Cheteshwar Pujara shows India aren’t short of batsmen

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It’s both sad and joyous that life moves on. Rahul Dravid and VVS Laxman are gone, never to return, but that’s because they’re now middle-aged. Their best cricket is behind them and who wants to look forward to ever-lower high points. Far better to step into the unknown.

Cheteshwar Pujara might never be as good as those pair were, but you never know and not knowing can be half the fun. Anyone who’s spurned a pre-emptive toilet visit ahead of a long journey knows the truth of that.

Based on yesterday’s performance, Pujara’s career promises to be even more entertaining than the Will-I-Won’t-I Piss Myself game. He’ll face tougher challenges than James Franklin’s astonishingly diminished pace, but a Test hundred is never to be sniffed at, if only because all those hours at the crease create a uniquely foetid aroma.

In other news, Suresh Raina was caught behind for three.


Mike Gatting wasn't receiving the King Cricket email when he dropped that ludicrously easy chance against India in 1993.


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  1. Toilet humour, KC, oh dear…

    …and you claim that all is well around here now…

    …I deem this posting redundant and, just like that commenter on your Cricinfo piece earlier this week, I would like my 30 seconds of reading time back…

    …and my 90 seconds of commenting time…

  2. Many of Ravi Shastri’s lines start to make sense to me:

    “That was a quick single”
    “A well-run(ny?) two”
    “He’s cramped for room here”
    “That landed in the corridor of uncertainty”

  3. Slow Cookers = Test Cricket. Microwave = Twenty20. Especially true for “traditional” slow cookers, the kind that would make Geoff Boycott’s mum happy.

    What is “sticky” meat? Gooey as in well-rendered cartilageous material? Try a cut like beef cheeks or short ribs. If you are looking for meat chunks that literally stick together, I suggest water-resistant adhesive. Or Chris Tavare.

    Hope this gives you an opportunity to expound on slow cookers.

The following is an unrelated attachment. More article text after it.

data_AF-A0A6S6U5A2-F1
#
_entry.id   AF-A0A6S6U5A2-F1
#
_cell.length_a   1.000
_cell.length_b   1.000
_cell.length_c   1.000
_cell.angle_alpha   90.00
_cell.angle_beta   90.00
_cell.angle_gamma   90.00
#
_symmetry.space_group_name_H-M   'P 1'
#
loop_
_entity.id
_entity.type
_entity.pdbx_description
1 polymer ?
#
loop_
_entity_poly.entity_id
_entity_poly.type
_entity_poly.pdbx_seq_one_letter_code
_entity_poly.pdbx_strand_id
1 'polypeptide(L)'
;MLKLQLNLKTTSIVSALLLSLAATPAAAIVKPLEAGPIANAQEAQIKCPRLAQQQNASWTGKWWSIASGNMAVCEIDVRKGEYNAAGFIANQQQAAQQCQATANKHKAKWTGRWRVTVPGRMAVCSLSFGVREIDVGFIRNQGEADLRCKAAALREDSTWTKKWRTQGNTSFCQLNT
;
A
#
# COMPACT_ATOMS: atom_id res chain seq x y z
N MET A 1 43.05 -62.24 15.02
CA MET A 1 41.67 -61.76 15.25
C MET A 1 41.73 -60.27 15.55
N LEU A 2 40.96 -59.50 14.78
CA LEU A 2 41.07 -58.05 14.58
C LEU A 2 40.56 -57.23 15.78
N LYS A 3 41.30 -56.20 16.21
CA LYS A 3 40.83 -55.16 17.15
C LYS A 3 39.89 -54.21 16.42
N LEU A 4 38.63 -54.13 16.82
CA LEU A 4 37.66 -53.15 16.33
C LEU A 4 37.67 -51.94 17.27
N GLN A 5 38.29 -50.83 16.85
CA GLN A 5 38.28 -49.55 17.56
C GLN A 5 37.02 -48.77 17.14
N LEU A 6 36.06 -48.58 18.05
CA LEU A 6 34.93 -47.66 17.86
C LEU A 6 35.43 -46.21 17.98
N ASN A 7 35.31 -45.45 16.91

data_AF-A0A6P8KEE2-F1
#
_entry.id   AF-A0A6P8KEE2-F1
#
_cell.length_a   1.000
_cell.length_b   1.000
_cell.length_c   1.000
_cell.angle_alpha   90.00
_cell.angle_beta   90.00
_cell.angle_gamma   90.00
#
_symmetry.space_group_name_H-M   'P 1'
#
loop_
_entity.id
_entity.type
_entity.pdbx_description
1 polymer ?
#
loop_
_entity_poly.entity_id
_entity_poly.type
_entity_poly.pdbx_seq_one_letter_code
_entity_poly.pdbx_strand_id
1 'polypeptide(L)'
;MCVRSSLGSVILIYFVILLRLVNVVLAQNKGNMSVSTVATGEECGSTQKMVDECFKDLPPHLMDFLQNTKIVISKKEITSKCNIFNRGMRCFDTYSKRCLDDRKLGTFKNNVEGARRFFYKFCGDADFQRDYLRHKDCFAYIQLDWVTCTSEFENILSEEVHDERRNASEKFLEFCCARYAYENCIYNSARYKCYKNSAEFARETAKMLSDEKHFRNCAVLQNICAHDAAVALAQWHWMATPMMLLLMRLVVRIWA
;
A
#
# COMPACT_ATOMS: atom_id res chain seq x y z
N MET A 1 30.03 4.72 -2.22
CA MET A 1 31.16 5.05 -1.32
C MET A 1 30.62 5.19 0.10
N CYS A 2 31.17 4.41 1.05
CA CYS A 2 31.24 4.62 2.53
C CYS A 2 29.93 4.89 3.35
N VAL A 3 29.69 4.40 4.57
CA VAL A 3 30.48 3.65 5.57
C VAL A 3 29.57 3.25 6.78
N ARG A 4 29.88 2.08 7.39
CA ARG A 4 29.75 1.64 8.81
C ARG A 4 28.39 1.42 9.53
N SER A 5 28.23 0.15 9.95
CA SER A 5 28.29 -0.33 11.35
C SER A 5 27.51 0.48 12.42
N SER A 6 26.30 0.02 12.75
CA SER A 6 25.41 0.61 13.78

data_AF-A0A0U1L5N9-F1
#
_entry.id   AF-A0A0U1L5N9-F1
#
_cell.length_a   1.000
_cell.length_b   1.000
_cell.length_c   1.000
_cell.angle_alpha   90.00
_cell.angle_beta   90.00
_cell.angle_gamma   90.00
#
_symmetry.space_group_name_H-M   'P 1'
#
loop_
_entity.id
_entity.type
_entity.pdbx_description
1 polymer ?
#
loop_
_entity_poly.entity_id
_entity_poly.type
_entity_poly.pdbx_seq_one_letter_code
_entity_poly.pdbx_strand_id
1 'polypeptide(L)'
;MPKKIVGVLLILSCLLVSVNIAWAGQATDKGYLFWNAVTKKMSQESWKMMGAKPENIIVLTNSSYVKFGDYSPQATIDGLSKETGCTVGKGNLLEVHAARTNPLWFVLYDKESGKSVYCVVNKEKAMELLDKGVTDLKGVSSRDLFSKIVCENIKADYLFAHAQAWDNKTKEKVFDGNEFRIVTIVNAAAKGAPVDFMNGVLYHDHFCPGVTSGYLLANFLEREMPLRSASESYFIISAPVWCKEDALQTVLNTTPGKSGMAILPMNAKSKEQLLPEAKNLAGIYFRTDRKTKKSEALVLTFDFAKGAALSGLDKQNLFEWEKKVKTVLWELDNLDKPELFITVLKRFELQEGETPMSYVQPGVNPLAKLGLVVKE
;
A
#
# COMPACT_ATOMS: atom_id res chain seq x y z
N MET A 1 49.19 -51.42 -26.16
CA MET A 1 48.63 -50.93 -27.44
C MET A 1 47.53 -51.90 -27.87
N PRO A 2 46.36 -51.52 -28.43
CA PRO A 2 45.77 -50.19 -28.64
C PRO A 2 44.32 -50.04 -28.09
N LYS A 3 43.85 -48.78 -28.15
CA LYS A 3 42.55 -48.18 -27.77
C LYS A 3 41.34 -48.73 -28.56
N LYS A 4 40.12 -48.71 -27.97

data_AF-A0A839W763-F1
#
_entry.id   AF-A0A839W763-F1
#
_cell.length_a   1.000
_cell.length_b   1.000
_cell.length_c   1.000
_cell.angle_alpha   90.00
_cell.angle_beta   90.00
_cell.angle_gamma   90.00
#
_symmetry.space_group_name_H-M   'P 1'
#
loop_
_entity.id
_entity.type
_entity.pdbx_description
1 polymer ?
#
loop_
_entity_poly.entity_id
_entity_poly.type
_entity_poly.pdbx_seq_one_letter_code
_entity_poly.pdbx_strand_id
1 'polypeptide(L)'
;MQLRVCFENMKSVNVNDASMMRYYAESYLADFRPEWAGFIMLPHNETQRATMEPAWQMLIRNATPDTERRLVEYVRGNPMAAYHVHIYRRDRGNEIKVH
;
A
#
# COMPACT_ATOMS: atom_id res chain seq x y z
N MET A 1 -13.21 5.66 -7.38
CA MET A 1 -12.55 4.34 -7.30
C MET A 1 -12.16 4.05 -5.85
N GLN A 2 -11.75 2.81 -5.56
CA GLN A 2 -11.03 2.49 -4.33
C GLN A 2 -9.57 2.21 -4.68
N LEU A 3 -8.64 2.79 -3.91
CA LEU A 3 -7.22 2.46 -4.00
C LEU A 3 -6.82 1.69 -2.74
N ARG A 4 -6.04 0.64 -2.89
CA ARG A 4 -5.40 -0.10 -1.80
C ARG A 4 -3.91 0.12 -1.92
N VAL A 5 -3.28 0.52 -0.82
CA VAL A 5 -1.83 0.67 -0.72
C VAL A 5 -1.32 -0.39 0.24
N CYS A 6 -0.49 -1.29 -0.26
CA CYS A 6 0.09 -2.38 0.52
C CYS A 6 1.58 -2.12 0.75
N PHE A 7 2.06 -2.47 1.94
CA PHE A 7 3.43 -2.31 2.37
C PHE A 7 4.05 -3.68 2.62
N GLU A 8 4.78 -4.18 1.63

1. Sticky meat is where the cartilageous material begins to dissolve, but then browns and solidifies. It’s somewhere between chewy and gooey.

  4. Err . . . I think I get what you mean. (1) Minimize or eliminate additional cooking liquids, (2) use truly low heat (some slow cookers’ “low” is not low enough), and (3) DO NOT LIFT THE LID TO PEEK. The problem is that if any of the three are breached the result may look like something from “Gozilla vs. Mothra”. Or even if they are not.

    1. We’ve found that in order to get truly sticky results, you need to subsequently use the dry heat of the oven.

    1. Good heavens, that’s quite right.

      This article was actually about Cheteshwar Pujara, not toilets or slow cooking.

      I for one had completely lost sight of that.

      Thank YOU, AP Webster.

  5. Slow Cookers = Test Cricket. Microwave = Twenty20.

    That’s the best analogy ever. For anything. Thank you skchai.

    This is a true story. I watched the T20 finals yesterday with pizza I’d got free the day before in a BOGOF deal, reheated in the microwave. It was… OK. The pepperoni was still there, but it didn’t quite taste as zingy as it had, and the base had gone a bit floppy and chewy. But it was OK.

    I might have had to explain further, but for skchai.

    1. Bert, why throw away that sort of anecdote gold in the comments? That could have been a match report…

      I had a housemate at Uni who never finished his late-night kebabs and heated them up for breakfast the next day, drenched in Salad Cream.

    2. We see nothing wrong with breakfast kebab.

      However, we do have a friend who has more than once slept with a kebab on his chest, facilitating rapid morning access.

    3. It wouldn’t have been acceptable as a Match Report, because the analogy is so good it would fall foul of the “mentioning cricket” rule.

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